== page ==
The woman, who was born in Alabama but is Pakistani, sued the county in August to have the name removed for “fraudulent, deliberate and malicious acts.”
She was charged with fraud in January 2018 and a second felony in July.
The state has appealed the case, but in January, the state’s highest court said that a judge could not rule on the issue because it was before the state attorney general.
The court ordered the state to reconsider.
The ACLU, which filed the lawsuit in the state, filed a federal lawsuit in February to get the name off the ballot.
The lawsuit, which was later consolidated with an ACLU lawsuit, argues that the names of some Muslims should be removed because of their religion.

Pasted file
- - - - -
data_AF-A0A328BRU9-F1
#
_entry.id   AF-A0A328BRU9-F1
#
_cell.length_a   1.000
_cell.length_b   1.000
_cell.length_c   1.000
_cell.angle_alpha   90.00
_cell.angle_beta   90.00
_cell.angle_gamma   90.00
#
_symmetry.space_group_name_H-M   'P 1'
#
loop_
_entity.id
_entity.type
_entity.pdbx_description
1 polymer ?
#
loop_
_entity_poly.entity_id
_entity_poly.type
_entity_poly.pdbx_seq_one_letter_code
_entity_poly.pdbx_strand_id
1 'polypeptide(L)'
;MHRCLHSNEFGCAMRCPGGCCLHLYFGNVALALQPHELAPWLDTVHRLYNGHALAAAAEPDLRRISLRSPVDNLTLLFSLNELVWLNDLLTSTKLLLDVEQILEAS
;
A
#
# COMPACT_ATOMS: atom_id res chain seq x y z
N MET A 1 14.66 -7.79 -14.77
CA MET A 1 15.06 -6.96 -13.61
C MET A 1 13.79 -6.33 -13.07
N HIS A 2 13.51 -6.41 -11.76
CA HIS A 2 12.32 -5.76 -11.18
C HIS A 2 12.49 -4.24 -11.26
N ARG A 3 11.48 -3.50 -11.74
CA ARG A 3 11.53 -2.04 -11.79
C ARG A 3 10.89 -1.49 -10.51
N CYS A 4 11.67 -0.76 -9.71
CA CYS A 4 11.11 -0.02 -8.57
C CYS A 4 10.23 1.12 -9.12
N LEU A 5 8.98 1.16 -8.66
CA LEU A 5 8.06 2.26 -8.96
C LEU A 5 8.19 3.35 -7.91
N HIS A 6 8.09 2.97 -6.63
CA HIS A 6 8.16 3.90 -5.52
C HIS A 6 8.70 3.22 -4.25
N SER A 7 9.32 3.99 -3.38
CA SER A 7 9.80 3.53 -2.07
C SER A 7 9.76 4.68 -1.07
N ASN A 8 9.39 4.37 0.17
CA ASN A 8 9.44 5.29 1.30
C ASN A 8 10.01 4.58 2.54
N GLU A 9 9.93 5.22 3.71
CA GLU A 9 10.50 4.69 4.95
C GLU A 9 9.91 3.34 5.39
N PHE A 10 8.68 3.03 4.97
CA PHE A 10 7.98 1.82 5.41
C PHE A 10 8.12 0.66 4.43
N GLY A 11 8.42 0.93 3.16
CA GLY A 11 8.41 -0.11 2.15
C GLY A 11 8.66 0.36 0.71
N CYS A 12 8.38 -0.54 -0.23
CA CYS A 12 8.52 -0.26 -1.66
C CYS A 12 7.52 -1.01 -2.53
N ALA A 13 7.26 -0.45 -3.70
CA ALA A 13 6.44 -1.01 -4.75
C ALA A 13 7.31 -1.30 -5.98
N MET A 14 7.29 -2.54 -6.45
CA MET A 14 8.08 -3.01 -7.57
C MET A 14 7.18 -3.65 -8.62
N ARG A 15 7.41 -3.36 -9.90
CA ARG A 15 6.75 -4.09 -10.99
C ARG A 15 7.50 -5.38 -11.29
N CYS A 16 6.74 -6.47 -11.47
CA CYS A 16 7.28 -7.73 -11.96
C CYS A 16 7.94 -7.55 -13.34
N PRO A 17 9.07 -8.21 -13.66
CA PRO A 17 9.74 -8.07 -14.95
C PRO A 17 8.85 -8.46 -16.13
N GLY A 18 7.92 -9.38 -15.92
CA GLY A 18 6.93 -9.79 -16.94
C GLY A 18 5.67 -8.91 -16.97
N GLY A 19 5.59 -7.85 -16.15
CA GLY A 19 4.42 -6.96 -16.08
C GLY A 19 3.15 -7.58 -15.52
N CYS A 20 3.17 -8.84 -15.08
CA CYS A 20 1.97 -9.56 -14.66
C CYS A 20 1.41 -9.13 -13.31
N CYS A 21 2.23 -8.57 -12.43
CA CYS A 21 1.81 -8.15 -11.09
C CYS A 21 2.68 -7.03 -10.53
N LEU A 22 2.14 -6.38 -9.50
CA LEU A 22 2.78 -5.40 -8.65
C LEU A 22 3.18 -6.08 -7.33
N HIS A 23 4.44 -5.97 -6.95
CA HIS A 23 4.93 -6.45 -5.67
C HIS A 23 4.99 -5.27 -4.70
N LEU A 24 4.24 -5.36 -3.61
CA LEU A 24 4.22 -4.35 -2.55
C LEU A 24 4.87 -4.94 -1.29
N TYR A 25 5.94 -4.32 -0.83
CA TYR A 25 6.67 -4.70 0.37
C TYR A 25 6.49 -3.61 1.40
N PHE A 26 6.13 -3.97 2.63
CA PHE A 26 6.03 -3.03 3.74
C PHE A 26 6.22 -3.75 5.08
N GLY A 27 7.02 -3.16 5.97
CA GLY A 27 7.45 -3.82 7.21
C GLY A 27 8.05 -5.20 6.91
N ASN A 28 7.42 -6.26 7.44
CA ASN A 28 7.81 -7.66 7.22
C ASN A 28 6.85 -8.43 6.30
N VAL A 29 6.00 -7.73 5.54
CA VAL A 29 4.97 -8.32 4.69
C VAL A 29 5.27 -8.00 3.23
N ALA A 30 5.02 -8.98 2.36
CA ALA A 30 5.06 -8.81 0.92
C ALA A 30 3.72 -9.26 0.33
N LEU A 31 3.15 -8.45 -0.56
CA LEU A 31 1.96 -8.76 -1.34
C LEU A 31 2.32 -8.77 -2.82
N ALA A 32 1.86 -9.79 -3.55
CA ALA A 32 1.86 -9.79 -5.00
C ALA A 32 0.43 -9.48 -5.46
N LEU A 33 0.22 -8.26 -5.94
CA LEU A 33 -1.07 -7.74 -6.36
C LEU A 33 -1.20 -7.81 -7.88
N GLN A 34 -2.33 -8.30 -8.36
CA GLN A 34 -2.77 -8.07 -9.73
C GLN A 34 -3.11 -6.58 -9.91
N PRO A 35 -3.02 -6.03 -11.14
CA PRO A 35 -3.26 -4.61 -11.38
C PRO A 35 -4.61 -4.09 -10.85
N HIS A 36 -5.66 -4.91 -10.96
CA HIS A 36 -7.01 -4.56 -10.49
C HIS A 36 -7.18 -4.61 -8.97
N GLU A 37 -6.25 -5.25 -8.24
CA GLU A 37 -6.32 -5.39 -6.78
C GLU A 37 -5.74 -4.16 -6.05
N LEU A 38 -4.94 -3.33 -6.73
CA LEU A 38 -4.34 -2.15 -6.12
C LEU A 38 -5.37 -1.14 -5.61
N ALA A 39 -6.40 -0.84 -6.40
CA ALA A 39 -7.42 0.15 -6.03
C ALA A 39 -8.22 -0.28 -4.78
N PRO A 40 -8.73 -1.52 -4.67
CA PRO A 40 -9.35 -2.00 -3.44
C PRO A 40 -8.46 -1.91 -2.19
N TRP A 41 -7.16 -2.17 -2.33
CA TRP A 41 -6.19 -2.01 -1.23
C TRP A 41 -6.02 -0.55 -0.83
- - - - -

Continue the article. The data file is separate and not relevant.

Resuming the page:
In its appeal, the ACLU said that the state has a “clear, unwarranted, and disproportionate impact on Muslim-American voters.”
In her filing, the woman wrote, “It is my personal belief that the Muslim name is an oppressive, offensive, and discriminatory slur, which discriminates against Muslims by denying them the right to name their child, spouse, or children by their first and middle names.”
The state’s attorney general’s office did not immediately respond to a request for comment.
The attorney general is responsible for reviewing the petitions and filing decisions on whether or not to move forward with a petition.
The filing came after the U.S. Justice Department, which has taken on the case after the state appealed, announced last month that it would no longer take on the federal case.